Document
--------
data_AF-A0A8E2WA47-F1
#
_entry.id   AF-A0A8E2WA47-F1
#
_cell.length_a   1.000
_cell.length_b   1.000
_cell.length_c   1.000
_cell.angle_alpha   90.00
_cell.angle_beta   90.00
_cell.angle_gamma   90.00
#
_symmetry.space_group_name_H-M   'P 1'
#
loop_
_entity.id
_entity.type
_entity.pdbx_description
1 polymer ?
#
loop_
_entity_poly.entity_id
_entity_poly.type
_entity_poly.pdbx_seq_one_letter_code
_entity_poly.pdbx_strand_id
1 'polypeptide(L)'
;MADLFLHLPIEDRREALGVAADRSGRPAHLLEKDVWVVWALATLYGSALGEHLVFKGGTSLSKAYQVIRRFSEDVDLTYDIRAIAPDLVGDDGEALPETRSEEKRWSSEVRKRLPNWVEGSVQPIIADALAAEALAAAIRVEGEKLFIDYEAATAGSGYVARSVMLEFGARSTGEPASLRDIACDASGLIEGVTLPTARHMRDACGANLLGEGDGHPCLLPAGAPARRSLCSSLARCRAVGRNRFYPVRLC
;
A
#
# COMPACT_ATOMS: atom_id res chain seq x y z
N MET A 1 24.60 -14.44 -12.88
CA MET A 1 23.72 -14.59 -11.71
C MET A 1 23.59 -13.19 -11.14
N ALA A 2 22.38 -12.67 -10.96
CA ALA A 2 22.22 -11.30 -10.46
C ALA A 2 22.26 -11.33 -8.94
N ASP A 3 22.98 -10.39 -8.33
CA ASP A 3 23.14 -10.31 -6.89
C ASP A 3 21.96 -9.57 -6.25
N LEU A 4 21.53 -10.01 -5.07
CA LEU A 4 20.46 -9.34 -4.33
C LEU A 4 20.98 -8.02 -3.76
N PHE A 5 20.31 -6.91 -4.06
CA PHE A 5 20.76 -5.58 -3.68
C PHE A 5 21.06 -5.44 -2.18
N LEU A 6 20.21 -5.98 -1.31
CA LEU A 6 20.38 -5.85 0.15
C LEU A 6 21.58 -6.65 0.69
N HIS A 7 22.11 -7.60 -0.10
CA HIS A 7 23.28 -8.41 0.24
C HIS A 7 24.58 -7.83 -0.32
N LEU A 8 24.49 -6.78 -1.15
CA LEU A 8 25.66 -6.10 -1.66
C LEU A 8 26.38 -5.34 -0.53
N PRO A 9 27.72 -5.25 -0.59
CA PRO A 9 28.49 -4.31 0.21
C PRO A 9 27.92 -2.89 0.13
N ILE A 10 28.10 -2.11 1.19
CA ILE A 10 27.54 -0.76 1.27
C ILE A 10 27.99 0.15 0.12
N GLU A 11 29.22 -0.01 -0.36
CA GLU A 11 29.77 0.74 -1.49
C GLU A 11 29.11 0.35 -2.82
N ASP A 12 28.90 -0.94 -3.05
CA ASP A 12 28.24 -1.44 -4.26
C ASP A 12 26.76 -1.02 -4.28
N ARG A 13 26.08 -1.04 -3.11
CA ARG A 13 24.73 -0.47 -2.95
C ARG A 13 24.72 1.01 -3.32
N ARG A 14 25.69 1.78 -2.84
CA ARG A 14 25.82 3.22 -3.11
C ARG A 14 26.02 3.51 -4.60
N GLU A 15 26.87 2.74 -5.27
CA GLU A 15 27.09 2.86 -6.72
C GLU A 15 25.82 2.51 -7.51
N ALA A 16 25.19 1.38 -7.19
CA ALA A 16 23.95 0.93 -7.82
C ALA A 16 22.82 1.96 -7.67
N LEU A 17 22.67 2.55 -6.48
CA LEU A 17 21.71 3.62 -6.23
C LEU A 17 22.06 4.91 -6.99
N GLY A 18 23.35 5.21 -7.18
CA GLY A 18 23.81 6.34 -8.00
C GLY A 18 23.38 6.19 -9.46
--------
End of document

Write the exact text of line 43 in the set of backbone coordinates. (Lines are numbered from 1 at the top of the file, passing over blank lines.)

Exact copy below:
N PHE A 5 20.31 -6.91 -4.06